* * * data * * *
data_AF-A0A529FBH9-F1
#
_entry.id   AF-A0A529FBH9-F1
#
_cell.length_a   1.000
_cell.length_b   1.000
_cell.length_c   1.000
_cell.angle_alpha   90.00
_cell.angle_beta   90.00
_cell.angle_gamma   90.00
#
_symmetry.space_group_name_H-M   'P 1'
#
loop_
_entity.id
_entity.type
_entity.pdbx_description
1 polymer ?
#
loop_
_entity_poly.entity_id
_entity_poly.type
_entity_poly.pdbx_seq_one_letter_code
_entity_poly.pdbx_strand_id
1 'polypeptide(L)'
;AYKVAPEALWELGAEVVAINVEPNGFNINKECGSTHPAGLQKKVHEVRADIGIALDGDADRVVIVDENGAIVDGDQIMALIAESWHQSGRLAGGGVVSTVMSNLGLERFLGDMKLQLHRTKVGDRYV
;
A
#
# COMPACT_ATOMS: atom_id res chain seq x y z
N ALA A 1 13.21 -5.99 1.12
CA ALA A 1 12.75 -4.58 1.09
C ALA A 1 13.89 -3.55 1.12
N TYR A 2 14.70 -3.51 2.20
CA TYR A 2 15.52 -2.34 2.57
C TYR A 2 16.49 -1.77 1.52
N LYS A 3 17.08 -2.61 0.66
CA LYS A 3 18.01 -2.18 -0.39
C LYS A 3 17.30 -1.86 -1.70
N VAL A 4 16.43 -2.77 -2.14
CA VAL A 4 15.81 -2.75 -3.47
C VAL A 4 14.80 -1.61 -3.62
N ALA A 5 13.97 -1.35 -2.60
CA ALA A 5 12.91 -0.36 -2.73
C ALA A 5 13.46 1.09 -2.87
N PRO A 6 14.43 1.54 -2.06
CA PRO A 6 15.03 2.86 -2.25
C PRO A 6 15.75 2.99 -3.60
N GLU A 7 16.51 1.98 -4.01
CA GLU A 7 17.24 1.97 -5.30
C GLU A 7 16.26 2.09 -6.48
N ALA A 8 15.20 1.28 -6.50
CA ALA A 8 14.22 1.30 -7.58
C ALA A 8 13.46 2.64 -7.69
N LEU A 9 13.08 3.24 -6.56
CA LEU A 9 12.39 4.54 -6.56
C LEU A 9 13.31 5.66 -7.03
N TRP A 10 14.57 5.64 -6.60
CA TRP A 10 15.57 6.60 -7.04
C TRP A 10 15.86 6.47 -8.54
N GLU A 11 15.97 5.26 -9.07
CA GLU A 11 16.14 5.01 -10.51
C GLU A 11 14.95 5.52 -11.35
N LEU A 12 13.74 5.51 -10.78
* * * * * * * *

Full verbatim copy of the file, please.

data_AF-A0A529FBH9-F1
#
_entry.id   AF-A0A529FBH9-F1
#
_cell.length_a   1.000
_cell.length_b   1.000
_cell.length_c   1.000
_cell.angle_alpha   90.00
_cell.angle_beta   90.00
_cell.angle_gamma   90.00
#
_symmetry.space_group_name_H-M   'P 1'
#
loop_
_entity.id
_entity.type
_entity.pdbx_description
1 polymer ?
#
loop_
_entity_poly.entity_id
_entity_poly.type
_entity_poly.pdbx_seq_one_letter_code
_entity_poly.pdbx_strand_id
1 'polypeptide(L)'
;AYKVAPEALWELGAEVVAINVEPNGFNINKECGSTHPAGLQKKVHEVRADIGIALDGDADRVVIVDENGAIVDGDQIMALIAESWHQSGRLAGGGVVSTVMSNLGLERFLGDMKLQLHRTKVGDRYV
;
A
#
# COMPACT_ATOMS: atom_id res chain seq x y z
N ALA A 1 13.21 -5.99 1.12
CA ALA A 1 12.75 -4.58 1.09
C ALA A 1 13.89 -3.55 1.12
N TYR A 2 14.70 -3.51 2.20
CA TYR A 2 15.52 -2.34 2.57
C TYR A 2 16.49 -1.77 1.52
N LYS A 3 17.08 -2.61 0.66
CA LYS A 3 18.01 -2.18 -0.39
C LYS A 3 17.30 -1.86 -1.70
N VAL A 4 16.43 -2.77 -2.14
CA VAL A 4 15.81 -2.75 -3.47
C VAL A 4 14.80 -1.61 -3.62
N ALA A 5 13.97 -1.35 -2.60
CA ALA A 5 12.91 -0.36 -2.73
C ALA A 5 13.46 1.09 -2.87
N PRO A 6 14.43 1.54 -2.06
CA PRO A 6 15.03 2.86 -2.25
C PRO A 6 15.75 2.99 -3.60
N GLU A 7 16.51 1.98 -4.01
CA GLU A 7 17.24 1.97 -5.30
C GLU A 7 16.26 2.09 -6.48
N ALA A 8 15.20 1.28 -6.50
CA ALA A 8 14.22 1.30 -7.58
C ALA A 8 13.46 2.64 -7.69
N LEU A 9 13.08 3.24 -6.56
CA LEU A 9 12.39 4.54 -6.56
C LEU A 9 13.31 5.66 -7.03
N TRP A 10 14.57 5.64 -6.60
CA TRP A 10 15.57 6.60 -7.04
C TRP A 10 15.86 6.47 -8.54
N GLU A 11 15.97 5.26 -9.07
CA GLU A 11 16.14 5.01 -10.51
C GLU A 11 14.95 5.52 -11.35
N LEU A 12 13.74 5.51 -10.78